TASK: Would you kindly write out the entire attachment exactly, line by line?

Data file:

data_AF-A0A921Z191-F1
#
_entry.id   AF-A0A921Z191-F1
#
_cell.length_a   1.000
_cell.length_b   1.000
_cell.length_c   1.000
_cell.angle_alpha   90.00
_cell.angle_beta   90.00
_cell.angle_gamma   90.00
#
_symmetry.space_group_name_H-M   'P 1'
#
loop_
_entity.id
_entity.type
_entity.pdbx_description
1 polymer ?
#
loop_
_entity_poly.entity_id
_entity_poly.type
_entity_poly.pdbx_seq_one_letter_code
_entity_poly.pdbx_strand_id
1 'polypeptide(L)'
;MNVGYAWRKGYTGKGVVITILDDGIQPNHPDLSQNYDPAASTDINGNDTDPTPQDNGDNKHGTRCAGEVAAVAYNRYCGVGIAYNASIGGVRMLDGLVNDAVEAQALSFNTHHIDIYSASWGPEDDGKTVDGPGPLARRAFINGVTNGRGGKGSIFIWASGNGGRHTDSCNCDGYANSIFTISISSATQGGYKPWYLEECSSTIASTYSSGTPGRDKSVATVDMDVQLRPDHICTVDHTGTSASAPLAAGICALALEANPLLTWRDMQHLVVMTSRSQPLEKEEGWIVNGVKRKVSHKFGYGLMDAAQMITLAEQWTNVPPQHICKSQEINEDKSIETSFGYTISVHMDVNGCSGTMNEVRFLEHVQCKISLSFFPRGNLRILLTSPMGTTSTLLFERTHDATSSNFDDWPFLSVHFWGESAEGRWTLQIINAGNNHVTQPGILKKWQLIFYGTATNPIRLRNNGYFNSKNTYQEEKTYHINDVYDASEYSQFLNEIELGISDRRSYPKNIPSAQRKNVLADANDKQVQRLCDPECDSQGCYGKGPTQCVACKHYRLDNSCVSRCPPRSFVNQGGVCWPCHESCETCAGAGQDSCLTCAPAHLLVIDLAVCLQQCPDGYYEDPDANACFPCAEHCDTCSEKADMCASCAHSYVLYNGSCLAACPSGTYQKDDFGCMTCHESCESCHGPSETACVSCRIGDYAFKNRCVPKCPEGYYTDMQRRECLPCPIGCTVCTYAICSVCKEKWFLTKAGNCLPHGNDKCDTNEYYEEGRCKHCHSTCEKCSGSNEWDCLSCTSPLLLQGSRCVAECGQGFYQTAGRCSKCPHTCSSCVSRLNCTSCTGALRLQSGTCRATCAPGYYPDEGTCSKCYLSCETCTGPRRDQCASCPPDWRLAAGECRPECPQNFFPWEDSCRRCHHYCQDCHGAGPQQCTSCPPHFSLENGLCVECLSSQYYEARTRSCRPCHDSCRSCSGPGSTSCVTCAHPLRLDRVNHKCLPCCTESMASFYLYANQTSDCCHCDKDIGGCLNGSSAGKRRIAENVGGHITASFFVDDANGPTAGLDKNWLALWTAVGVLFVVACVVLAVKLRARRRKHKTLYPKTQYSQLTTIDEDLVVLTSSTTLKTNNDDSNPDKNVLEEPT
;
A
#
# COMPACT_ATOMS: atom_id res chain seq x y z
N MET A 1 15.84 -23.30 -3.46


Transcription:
data_AF-A0A921Z191-F1
#
_entry.id   AF-A0A921Z191-F1
#
_cell.length_a   1.000
_cell.length_b   1.000
_cell.length_c   1.000
_cell.angle_alpha   90.00
_cell.angle_beta   90.00
_cell.angle_gamma   90.00
#
_symmetry.space_group_name_H-M   'P 1'
#
loop_
_entity.id
_entity.type
_entity.pdbx_description
1 polymer ?
#
loop_
_entity_poly.entity_id
_entity_poly.type
_entity_poly.pdbx_seq_one_letter_code
_entity_poly.pdbx_strand_id
1 'polypeptide(L)'
;MNVGYAWRKGYTGKGVVITILDDGIQPNHPDLSQNYDPAASTDINGNDTDPTPQDNGDNKHGTRCAGEVAAVAYNRYCGVGIAYNASIGGVRMLDGLVNDAVEAQALSFNTHHIDIYSASWGPEDDGKTVDGPGPLARRAFINGVTNGRGGKGSIFIWASGNGGRHTDSCNCDGYANSIFTISISSATQGGYKPWYLEECSSTIASTYSSGTPGRDKSVATVDMDVQLRPDHICTVDHTGTSASAPLAAGICALALEANPLLTWRDMQHLVVMTSRSQPLEKEEGWIVNGVKRKVSHKFGYGLMDAAQMITLAEQWTNVPPQHICKSQEINEDKSIETSFGYTISVHMDVNGCSGTMNEVRFLEHVQCKISLSFFPRGNLRILLTSPMGTTSTLLFERTHDATSSNFDDWPFLSVHFWGESAEGRWTLQIINAGNNHVTQPGILKKWQLIFYGTATNPIRLRNNGYFNSKNTYQEEKTYHINDVYDASEYSQFLNEIELGISDRRSYPKNIPSAQRKNVLADANDKQVQRLCDPECDSQGCYGKGPTQCVACKHYRLDNSCVSRCPPRSFVNQGGVCWPCHESCETCAGAGQDSCLTCAPAHLLVIDLAVCLQQCPDGYYEDPDANACFPCAEHCDTCSEKADMCASCAHSYVLYNGSCLAACPSGTYQKDDFGCMTCHESCESCHGPSETACVSCRIGDYAFKNRCVPKCPEGYYTDMQRRECLPCPIGCTVCTYAICSVCKEKWFLTKAGNCLPHGNDKCDTNEYYEEGRCKHCHSTCEKCSGSNEWDCLSCTSPLLLQGSRCVAECGQGFYQTAGRCSKCPHTCSSCVSRLNCTSCTGALRLQSGTCRATCAPGYYPDEGTCSKCYLSCETCTGPRRDQCASCPPDWRLAAGECRPECPQNFFPWEDSCRRCHHYCQDCHGAGPQQCTSCPPHFSLENGLCVECLSSQYYEARTRSCRPCHDSCRSCSGPGSTSCVTCAHPLRLDRVNHKCLPCCTESMASFYLYANQTSDCCHCDKDIGGCLNGSSAGKRRIAENVGGHITASFFVDDANGPTAGLDKNWLALWTAVGVLFVVACVVLAVKLRARRRKHKTLYPKTQYSQLTTIDEDLVVLTSSTTLKTNNDDSNPDKNVLEEPT
;
A
#
# COMPACT_ATOMS: atom_id res chain seq x y z
N MET A 1 15.84 -23.30 -3.46